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PROGERIA (Hutchinson-Guilford syndrome) Onset of symptoms generally 6 -24 months. The condition is distinguished by ▪ growth failure ▪ alopecia ▪ small.

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Presentation on theme: "PROGERIA (Hutchinson-Guilford syndrome) Onset of symptoms generally 6 -24 months. The condition is distinguished by ▪ growth failure ▪ alopecia ▪ small."— Presentation transcript:

1 PROGERIA (Hutchinson-Guilford syndrome) Onset of symptoms generally months. The condition is distinguished by ▪ growth failure ▪ alopecia ▪ small face and jaw and pinched nose ▪ dry, thin, wrinkled skin ▪ atherosclerosis and cardiovascular problems ▪ limited range of motion, arthritis ▪ Mental development is not affected. ▪ Individuals with the condition rarely live more than 16 years. The development of symptoms is comparable to aging at a rate six to eight times faster than normal, although certain age-related conditions do not occur. Specifically, victims show no neurodegeneration or cancer predisposition.

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3 Progeria, the classic "accelerated aging disease" is not caused by defective DNA repair. It is caused by mutations in a LMNA (Lamin A protein) gene. Lamin A is part of a protein scaffold around the edge of the nucleus that helps organize nuclear processes such as DNA and RNA synthesis. Prelamin A is farnesylated, enabling it to bind to the nuclear membrane. The cleavage site to release Lamin A is mutated. Lamin A cannot be produced and Prelamin A builds up on the nuclear membrane

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5 WERNER’S SYNDROME

6 Bloom's Syndrome -typical physical characteristics: · Short stature · A narrow face with prominent nose · Skin color changes in the face. Change more noticeable after sunlight exposure · Butterfly-shaped facial rash, similar to rash caused by Lupus Erythematosis · A high pitched voice · An increased susceptibility to infections and respiratory illness · An increased susceptibility to cancer and leukemia · Some may also have mental retardation

7 Cockayne Syndrome

8 Classical Cockayne syndrome (Type I) ∙ progressive symptoms become apparent after 1 year. ∙ unlike other DNA repair diseases, Cockayne syndrome is not linked to cancer

9 Fanconi anemia

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11 Xeroderma Pigmentosum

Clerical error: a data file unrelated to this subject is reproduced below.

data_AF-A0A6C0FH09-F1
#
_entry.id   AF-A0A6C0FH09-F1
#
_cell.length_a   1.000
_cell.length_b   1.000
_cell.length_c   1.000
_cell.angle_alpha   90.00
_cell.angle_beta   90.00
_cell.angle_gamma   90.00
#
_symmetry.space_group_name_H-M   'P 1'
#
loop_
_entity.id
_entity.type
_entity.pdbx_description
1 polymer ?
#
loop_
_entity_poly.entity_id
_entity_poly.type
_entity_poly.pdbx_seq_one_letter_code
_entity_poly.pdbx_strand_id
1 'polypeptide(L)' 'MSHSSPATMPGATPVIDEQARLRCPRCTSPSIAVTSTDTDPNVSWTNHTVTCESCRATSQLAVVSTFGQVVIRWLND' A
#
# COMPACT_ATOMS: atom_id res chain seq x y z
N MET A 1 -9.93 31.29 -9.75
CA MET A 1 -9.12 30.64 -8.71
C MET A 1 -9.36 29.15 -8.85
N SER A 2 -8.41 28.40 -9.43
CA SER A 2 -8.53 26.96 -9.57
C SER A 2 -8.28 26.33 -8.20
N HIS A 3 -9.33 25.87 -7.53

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13 Xeroderma Pigmentosum (XP) condition resulting from a deletion in the gene for the XPAC protein of the excision repair system, so that individuals are unable to reverse T^T dimerization induced by sunlight. XP is characterized by extremely dry skin and numerous malignant pinpoint tumors induced after brief exposure to sunlight. The boy on the left shows two skin cancers on his nose, and an irregular distribution of pigment that resembles a severe sunburn (erythemea). The girl on the right has avoided sunlight since diagnosis with XP.

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15 UV-protection suit to help people suffering from the genetic disorder xeroderma pigmentosum (XP). It consists of a headgear protecting the head and face, and a suit covering the rest of the body, both filtering out 100% UV- light from the Sun

16 Proposed model of the pathogenesis of bone marrow failure in patients with DKC In this model excessively short telomeres are the underlying cause of clinical manifestations in patients with DKC. Mutations in TERC or TERT affect the activity of telomerase. Mutations in DKC1 destabilize TERC and/or retard ribosome biogenesis. As telomeres get shorter there is an increase in genomic instability leading eventually to a cell crisis, cell cycle arrest, and cell death. Rare cells that can maintain telomere integrity emerge from the crisis as potentially malignant cells. From: Mason PJ, Wilson DB, Bessler M Dyskeratosis congenita -- a disease of dysfunctional telomere maintenance. Curr Mol Med 2005 Mar;5(2): DYSKERATOSIS CONGENITA

17 Dyskeratosis congenita Clinical features: ● abnormal skin pigmentation ● leukoplakia ● nail dystrophy ● bone marrow failure Reticulated pigmentation seen in 90% of patients Leukoplakia -- white plaques or patches on the mucous membranes of the oral cavity, including the tongue

18 Hyperkeratosis occurs on the palms and soles.

19 Dyskeratosis congenita: Disintegrating nails appear between ages 5-13 years and are eventually destroyed.

20 ● 75% mortality by age 30. ● Bone marrow failure is a major cause of death, with approximately 75% of deaths related to bleeding and opportunistic infections as a result of peripheral cytopenia.


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